Living a Life Worthy of Our Calling in Christ: An Appeal to the Church

Sermon delivered on Sunday, September 23, 2007 at St. Matthew’s, Westerville, OH. If you would like to listen to the whole thing, click here.

Lectionary texts: Amos 8:4-7(8-12); 1 Timothy 2:1-8; Luke 16:1-13

In the name of God: Father, Son, and Holy Spirit. Amen.

Good morning, St. Matthew’s! Today is my son, Spencer’s birthday. When I told him I was preaching on his birthday, he offered me this advise. He said, “Dad, a rule of thumb for preachers is this: If after ten minutes you haven’t struck oil, stop boring!” Let us pray that I hit oil…

What’s the Human Condition?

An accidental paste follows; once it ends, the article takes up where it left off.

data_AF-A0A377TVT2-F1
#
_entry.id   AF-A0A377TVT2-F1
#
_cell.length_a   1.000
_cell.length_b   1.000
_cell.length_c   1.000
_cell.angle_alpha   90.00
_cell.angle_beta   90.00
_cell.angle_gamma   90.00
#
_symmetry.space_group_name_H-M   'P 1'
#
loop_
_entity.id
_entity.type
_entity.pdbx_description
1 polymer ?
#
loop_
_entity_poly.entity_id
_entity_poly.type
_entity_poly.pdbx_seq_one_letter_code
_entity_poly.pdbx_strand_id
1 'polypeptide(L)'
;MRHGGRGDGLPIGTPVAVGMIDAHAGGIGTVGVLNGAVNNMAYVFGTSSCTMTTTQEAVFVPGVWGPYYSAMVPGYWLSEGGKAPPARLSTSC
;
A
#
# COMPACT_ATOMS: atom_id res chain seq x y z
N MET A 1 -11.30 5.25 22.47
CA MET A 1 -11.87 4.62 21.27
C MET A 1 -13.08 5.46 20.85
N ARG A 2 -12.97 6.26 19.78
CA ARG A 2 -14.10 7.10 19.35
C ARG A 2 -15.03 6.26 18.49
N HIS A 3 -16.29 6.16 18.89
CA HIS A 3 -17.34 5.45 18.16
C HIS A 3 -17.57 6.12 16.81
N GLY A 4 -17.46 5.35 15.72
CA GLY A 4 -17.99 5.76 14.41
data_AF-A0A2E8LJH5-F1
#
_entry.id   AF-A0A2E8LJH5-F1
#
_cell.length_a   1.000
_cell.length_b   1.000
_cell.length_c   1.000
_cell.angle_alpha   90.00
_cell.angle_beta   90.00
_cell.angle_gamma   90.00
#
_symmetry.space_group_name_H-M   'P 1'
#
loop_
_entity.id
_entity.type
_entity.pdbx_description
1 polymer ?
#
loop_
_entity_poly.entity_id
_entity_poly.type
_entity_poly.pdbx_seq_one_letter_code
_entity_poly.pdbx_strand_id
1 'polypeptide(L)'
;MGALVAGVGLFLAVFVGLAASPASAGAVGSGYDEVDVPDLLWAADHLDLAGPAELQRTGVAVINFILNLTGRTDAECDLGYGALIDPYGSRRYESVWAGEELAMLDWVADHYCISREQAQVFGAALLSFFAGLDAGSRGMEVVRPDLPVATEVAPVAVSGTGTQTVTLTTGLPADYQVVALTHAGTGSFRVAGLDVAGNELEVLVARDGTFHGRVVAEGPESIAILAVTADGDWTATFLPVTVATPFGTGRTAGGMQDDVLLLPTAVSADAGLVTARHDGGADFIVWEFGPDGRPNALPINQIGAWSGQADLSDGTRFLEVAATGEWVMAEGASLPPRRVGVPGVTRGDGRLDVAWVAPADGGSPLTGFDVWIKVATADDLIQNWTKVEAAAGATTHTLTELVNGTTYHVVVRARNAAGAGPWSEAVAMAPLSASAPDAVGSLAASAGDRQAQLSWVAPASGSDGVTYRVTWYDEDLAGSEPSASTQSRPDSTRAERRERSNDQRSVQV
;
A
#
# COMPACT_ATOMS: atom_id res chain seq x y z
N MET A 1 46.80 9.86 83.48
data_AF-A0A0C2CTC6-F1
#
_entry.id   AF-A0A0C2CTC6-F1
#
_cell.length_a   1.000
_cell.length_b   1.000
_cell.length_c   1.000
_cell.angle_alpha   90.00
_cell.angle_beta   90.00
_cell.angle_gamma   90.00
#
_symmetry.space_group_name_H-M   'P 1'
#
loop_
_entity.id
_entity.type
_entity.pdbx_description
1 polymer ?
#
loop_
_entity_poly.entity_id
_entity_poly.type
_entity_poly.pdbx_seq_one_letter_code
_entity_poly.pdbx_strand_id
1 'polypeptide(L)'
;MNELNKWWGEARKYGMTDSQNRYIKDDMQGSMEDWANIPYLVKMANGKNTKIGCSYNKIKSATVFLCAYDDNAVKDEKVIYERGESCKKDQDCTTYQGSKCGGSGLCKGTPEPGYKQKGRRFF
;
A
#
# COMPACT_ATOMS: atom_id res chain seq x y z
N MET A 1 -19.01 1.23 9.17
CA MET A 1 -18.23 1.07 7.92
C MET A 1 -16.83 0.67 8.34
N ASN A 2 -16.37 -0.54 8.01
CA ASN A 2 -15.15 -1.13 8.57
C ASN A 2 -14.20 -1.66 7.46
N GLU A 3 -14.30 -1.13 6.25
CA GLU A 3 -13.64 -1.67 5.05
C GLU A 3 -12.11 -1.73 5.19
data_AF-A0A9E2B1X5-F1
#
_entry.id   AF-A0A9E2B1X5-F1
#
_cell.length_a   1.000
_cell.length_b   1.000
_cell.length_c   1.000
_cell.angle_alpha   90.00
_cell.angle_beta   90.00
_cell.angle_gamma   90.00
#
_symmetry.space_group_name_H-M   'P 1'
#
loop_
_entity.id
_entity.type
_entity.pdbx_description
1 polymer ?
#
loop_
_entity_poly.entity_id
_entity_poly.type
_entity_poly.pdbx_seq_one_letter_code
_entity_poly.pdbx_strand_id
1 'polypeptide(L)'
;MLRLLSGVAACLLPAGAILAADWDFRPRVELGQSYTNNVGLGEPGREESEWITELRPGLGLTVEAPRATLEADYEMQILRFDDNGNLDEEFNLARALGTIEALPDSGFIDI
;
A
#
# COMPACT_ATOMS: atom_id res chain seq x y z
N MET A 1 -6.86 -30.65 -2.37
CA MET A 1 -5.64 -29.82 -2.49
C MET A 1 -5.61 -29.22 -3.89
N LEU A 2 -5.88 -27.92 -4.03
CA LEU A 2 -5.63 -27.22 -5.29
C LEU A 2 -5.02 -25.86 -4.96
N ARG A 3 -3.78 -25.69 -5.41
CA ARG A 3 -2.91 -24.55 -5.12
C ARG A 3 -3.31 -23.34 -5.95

In today’s OT and gospel lessons we are reminded of a tragic aspect of our human condition—our tendency to put our ultimate hope and trust in things or persons other than God. In the verses preceding our reading from Amos, God pronounces a fearsome judgment on his people Israel because their love for money had resulted in the oppression of the poor. This was made even worse by the fact that those who were exploiting the poor were going through the motions of being “religious.” They had all the form but none of the substance of true religion. They observed the holy days and the Sabbath, but this only made them more eager to resume their dishonest activities once the markets reopened. Their god was money and their religious creed was “gain at any cost.” And because they chose to worship a false god, money, a god that cannot bring life, the one true and living God allowed them to have what they wanted—death. These are hard words to hear and it breaks the heart to be reminded that there are those who will ultimately cut themselves off from God because they choose to worship a false god. This is also heartbreaking to God because as we heard in today’s NT lesson, he wants all humans to be saved and have life. That is why he took on our flesh and gave himself as a ransom for us.